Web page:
Abstract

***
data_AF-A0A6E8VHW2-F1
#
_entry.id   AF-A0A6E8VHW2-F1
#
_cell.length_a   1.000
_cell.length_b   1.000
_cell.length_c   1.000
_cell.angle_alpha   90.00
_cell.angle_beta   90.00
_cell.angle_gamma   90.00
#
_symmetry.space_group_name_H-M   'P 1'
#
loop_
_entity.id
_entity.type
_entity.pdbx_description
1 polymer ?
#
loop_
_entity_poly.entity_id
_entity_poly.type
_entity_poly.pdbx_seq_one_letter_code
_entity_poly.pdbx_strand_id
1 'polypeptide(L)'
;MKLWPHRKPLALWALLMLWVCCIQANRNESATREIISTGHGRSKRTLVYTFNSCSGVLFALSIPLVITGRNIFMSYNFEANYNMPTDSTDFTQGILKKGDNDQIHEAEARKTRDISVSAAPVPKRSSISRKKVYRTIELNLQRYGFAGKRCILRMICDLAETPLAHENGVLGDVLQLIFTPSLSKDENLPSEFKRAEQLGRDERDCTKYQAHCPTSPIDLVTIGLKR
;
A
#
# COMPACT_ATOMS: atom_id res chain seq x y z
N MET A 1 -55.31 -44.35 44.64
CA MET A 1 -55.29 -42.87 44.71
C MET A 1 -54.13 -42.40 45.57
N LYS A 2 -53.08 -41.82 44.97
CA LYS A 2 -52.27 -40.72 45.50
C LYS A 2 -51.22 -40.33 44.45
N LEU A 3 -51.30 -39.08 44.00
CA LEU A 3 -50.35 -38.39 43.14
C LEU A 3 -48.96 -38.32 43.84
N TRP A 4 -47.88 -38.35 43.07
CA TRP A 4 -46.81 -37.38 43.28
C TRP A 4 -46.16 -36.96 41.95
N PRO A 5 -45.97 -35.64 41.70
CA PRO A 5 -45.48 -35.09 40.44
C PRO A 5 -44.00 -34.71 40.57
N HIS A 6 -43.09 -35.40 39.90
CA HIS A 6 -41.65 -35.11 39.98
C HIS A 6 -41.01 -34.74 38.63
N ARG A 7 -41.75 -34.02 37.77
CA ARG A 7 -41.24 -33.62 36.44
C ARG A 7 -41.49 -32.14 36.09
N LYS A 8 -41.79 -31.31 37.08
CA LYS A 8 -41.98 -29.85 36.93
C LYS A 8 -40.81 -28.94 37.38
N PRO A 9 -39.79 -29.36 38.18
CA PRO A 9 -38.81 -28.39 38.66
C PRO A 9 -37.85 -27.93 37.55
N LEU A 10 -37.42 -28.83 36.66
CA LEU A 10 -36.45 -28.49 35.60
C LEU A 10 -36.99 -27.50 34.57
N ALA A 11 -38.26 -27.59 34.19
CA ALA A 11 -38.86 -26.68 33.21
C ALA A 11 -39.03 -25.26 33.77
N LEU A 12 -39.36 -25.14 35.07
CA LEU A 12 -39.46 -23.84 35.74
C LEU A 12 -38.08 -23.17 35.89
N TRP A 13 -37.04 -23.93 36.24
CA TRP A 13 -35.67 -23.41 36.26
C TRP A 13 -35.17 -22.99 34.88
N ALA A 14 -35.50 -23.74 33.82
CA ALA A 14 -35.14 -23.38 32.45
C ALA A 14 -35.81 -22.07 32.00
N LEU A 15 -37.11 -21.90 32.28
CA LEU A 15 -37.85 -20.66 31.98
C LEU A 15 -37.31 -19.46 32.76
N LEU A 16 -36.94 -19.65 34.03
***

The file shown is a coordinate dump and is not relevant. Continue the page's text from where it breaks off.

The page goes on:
Net changes in thickness and volume of glacial ice and perennial snow at Mount Rainier, Washington State, have been mapped over the entire edifice by differencing between a high-resolution LiDAR (light detection and ranging) topographic survey of September–October 2007/2008 and the 10 m lateral resolution U.S. Geological Survey digital elevation model derived from September 1970 aerial photography. Excepting the large Emmons and Winthrop Glaciers, all of Mount Rainier's glaciers thinned and retreated in their terminal regions, with substantial thinning mainly at elevations <2000 m and the greatest thinning on south-facing glaciers. Mount Rainier's glaciers and snowfields also lost volume over the interval, excepting the east-flank Fryingpan and Emmons Glaciers and minor near-summit snowfields; maximum volume losses were centered from ∼1750 m (north flank) to ∼2250 m (south flank) elevation. The greatest single volume loss was from the Carbon Glacier, despite its northward aspect, due to its sizeable area at <2000 m elevation. Overall, Mount Rainier lost ∼14 vol% glacial ice and perennial snow over the 37 to 38 yr interval between surveys. Enhanced thinning of south-flank glaciers may be meltback from the high snowfall period of the mid-1940s to mid-1970s associated with the cool phase of the Pacific Decadal Oscillation.

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